New Rochelle, NY, Oct.20, 2016 --The long-term safety of gene transfer to treat neovascular age-related macular degeneration (NVAMD), and the production of two therapeutic proteins encoded by those genes for at least 2.5 years in the eyes of patients with advanced NVAMD are demonstrated in the results of a clinical trial published in Human Gene Therapy, a peer-reviewed journal from Mary Ann Liebert, Inc., publishers. The article is available free on the Human Gene Therapy website.
In the article entitled "Lentiviral Vector Gene Transfer of Endostatin/Angiostatin for Macu-lar Degeneration (GEM) Study," Peter Campochiaro, MD and coauthors from The Wilmer Eye Institute, Johns Hopkins University School of Medi-cine (Baltimore, MD), Casey Eye Institute, Oregon Health & Science University (Portland, OR), University of Iowa Hospitals and Clinics (Iowa City), and Oxford BioMedica (Oxford, U.K.) present the design and results of the Phase 1 clinical trial. Each study participant re-ceived treatment in one eye consisting of a subretinal injection of a viral vector engineered to deliver two therapeutic genes, endostatin and angiostatin, each of which blocks the for-mation of blood vessels to combat the progression of NVAMD.
"It has been the hope that the spectacular success of gene therapy for genetic retinal disor-ders would translate into a platform for treating more common diseases of the eye," says Editor-in-Chief Terence R. Flotte, MD, Celia and Isaac Haidak Professor of Medical Edu-cation and Dean, Provost, and Executive Deputy Chancellor, University of Massachusetts Medical School, Worcester, MA. "Dr. Campochiaro's pioneering work on age-related macu-lar degeneration (AMD) demonstrates the feasibility of such an approach for one of the most common vision-threatening disorders, and one whose incidence is rising dramatically as our population ages."
About the Journal
Human Gene Therapy, the Official Journal of the European Society of Gene and Cell Therapy, British Society for Gene and Cell Therapy, French Society of Cell and Gene Therapy, German Society of Gene Therapy, and five other gene therapy societies, is an authoritative peer-reviewed journal published monthly in print and online. Led by Editor-in-Chief Terence R. Flotte, MD, Celia and Isaac Haidak Professor of Medical Education and Dean, Provost, and Executive Deputy Chancellor, University of Massachusetts Medical School, Human Gene Therapy presents reports on the transfer and expression of genes in mammals, including humans. Related topics include improvements in vector development, delivery systems, and animal models, particularly in the areas of cancer, heart disease, viral disease, genetic disease, and neurological disease, as well as ethical, legal, and regulatory issues related to the gene transfer in humans. Its companion journals, Human Gene Therapy Methods, published bimonthly, focuses on the application of gene therapy to product testing and development, and Human Gene Therapy Clinical Development, published quarterly, features data relevant to the regulatory review and commercial development of cell and gene therapy products. Tables of contents for all three publications and a free sample issue may be viewed on the Human Gene Therapy website.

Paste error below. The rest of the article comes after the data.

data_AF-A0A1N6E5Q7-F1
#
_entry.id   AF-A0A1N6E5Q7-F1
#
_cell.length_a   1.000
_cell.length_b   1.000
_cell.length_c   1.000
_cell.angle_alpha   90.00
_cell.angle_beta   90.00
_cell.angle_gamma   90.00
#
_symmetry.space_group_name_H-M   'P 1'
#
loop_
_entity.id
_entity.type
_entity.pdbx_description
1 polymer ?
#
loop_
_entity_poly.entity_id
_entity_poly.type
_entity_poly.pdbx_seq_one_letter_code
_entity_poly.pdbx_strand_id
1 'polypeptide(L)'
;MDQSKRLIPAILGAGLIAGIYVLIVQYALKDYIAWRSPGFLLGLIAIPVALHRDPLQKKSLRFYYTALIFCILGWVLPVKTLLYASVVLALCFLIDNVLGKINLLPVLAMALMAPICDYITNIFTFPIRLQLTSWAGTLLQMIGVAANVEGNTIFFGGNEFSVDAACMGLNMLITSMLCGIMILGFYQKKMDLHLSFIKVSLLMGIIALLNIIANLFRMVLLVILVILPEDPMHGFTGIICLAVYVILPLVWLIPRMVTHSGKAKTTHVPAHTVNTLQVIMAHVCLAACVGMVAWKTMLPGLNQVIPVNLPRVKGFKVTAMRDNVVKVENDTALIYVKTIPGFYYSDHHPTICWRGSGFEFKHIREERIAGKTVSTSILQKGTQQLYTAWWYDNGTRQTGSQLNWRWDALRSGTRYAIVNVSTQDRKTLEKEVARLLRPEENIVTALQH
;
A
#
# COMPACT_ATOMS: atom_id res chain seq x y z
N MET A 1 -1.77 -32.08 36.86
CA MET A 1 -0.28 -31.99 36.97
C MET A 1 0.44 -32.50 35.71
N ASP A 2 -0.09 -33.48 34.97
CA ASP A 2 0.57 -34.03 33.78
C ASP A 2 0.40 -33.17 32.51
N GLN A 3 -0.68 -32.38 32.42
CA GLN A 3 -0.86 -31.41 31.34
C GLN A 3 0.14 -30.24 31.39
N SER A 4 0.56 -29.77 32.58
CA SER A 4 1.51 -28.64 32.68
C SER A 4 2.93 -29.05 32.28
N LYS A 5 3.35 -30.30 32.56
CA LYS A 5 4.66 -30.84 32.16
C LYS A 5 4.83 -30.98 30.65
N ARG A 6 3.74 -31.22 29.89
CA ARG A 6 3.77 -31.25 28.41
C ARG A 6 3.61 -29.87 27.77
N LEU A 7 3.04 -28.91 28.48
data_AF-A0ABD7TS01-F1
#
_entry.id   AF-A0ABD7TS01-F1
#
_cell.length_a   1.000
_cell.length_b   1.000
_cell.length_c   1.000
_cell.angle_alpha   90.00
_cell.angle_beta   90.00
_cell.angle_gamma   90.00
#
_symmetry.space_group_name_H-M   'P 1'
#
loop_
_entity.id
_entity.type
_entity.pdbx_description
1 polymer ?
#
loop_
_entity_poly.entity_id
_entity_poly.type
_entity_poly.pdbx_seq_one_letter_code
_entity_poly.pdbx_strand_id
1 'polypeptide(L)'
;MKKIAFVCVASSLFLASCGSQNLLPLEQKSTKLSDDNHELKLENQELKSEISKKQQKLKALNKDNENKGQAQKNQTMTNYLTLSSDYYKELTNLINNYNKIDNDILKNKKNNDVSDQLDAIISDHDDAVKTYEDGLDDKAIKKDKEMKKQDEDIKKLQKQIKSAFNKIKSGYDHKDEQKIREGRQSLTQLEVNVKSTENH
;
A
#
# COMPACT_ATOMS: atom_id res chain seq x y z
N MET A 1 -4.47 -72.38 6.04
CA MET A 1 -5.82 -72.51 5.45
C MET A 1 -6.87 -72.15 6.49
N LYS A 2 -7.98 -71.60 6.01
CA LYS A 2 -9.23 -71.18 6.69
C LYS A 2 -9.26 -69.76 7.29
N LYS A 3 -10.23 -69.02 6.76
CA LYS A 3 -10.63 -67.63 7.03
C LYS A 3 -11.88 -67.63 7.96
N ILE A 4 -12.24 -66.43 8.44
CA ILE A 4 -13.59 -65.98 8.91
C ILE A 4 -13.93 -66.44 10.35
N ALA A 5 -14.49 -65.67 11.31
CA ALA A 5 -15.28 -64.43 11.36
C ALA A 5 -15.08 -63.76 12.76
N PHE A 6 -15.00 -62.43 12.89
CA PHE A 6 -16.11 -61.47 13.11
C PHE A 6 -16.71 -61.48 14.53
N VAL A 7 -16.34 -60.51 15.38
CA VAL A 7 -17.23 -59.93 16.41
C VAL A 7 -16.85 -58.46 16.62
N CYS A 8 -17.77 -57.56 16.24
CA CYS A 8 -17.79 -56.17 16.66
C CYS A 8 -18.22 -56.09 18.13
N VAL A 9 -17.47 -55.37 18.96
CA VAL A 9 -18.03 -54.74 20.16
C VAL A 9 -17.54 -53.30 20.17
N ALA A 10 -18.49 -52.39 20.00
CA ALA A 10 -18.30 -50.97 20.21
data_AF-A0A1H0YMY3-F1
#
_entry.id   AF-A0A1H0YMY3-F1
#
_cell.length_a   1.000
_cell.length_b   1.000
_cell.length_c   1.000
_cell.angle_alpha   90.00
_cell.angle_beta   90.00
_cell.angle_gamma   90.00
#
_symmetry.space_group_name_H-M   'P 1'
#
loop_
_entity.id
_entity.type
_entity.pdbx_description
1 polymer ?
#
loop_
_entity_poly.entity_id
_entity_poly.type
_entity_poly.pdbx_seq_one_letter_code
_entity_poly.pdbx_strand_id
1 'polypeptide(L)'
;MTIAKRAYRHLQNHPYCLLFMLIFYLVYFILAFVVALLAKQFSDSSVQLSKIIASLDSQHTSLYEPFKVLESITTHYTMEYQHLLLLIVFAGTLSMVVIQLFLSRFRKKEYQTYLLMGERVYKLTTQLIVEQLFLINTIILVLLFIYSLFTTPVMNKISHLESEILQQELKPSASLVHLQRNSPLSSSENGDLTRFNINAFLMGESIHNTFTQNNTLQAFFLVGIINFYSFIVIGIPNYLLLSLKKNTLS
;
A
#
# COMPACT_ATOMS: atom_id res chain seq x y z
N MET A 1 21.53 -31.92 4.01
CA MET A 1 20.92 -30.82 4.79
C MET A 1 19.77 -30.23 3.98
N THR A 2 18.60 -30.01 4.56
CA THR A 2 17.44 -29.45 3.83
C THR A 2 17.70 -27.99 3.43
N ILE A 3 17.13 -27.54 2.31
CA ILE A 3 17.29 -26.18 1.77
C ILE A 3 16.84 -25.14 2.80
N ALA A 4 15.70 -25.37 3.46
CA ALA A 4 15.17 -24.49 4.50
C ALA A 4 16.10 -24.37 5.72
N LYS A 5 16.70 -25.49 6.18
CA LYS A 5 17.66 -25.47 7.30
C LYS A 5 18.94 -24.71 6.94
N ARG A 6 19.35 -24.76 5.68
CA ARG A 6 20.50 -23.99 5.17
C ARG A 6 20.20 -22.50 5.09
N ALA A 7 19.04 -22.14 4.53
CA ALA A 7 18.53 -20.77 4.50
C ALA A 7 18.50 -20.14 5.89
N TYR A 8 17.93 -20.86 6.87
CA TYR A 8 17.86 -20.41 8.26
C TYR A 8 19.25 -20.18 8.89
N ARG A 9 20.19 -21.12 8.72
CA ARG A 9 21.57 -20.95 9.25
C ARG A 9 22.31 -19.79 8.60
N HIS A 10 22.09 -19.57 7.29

About the Publisher
Mary Ann Liebert, Inc., publishers is a privately held, fully integrated media company known for establishing authoritative peer-reviewed journals in many promising areas of science and biomedical research, including Nucleic Acid Therapeutics, Tissue Engineering, Stem Cells and Development, and Cellular Reprogramming. Its biotechnology trade magazine, GEN (Genetic Engineering & Biotechnology News), was the first in its field and is today the industry's most widely read publication worldwide. A complete list of the firm's 80 journals, books, and newsmagazines is available on the Mary Ann Liebert, Inc., publishers website.